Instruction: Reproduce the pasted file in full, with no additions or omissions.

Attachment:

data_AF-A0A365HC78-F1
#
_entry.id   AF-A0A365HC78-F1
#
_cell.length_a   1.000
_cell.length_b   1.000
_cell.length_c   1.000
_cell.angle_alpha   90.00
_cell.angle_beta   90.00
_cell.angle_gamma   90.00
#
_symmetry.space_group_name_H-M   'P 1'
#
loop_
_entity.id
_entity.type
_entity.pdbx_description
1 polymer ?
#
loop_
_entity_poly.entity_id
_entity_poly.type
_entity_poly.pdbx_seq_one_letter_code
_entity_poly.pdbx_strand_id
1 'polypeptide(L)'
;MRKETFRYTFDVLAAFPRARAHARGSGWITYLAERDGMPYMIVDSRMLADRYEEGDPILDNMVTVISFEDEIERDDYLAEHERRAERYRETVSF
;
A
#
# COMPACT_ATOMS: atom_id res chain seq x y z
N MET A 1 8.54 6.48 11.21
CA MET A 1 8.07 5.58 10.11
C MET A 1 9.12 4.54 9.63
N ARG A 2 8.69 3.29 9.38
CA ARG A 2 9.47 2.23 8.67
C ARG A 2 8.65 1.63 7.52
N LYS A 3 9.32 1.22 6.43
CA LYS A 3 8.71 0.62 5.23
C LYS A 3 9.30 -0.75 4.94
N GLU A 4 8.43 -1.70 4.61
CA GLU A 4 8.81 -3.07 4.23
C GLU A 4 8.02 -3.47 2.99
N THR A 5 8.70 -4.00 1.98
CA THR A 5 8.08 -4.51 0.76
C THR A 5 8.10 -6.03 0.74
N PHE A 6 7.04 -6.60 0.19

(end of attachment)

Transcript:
data_AF-A0A365HC78-F1
#
_entry.id   AF-A0A365HC78-F1
#
_cell.length_a   1.000
_cell.length_b   1.000
_cell.length_c   1.000
_cell.angle_alpha   90.00
_cell.angle_beta   90.00
_cell.angle_gamma   90.00
#
_symmetry.space_group_name_H-M   'P 1'
#
loop_
_entity.id
_entity.type
_entity.pdbx_description
1 polymer ?
#
loop_
_entity_poly.entity_id
_entity_poly.type
_entity_poly.pdbx_seq_one_letter_code
_entity_poly.pdbx_strand_id
1 'polypeptide(L)'
;MRKETFRYTFDVLAAFPRARAHARGSGWITYLAERDGMPYMIVDSRMLADRYEEGDPILDNMVTVISFEDEIERDDYLAEHERRAERYRETVSF
;
A
#
# COMPACT_ATOMS: atom_id res chain seq x y z
N MET A 1 8.54 6.48 11.21
CA MET A 1 8.07 5.58 10.11
C MET A 1 9.12 4.54 9.63
N ARG A 2 8.69 3.29 9.38
CA ARG A 2 9.47 2.23 8.67
C ARG A 2 8.65 1.63 7.52
N LYS A 3 9.32 1.22 6.43
CA LYS A 3 8.71 0.62 5.23
C LYS A 3 9.30 -0.75 4.94
N GLU A 4 8.43 -1.70 4.61
CA GLU A 4 8.81 -3.07 4.23
C GLU A 4 8.02 -3.47 2.99
N THR A 5 8.70 -4.00 1.98
CA THR A 5 8.08 -4.51 0.76
C THR A 5 8.10 -6.03 0.74
N PHE A 6 7.04 -6.60 0.19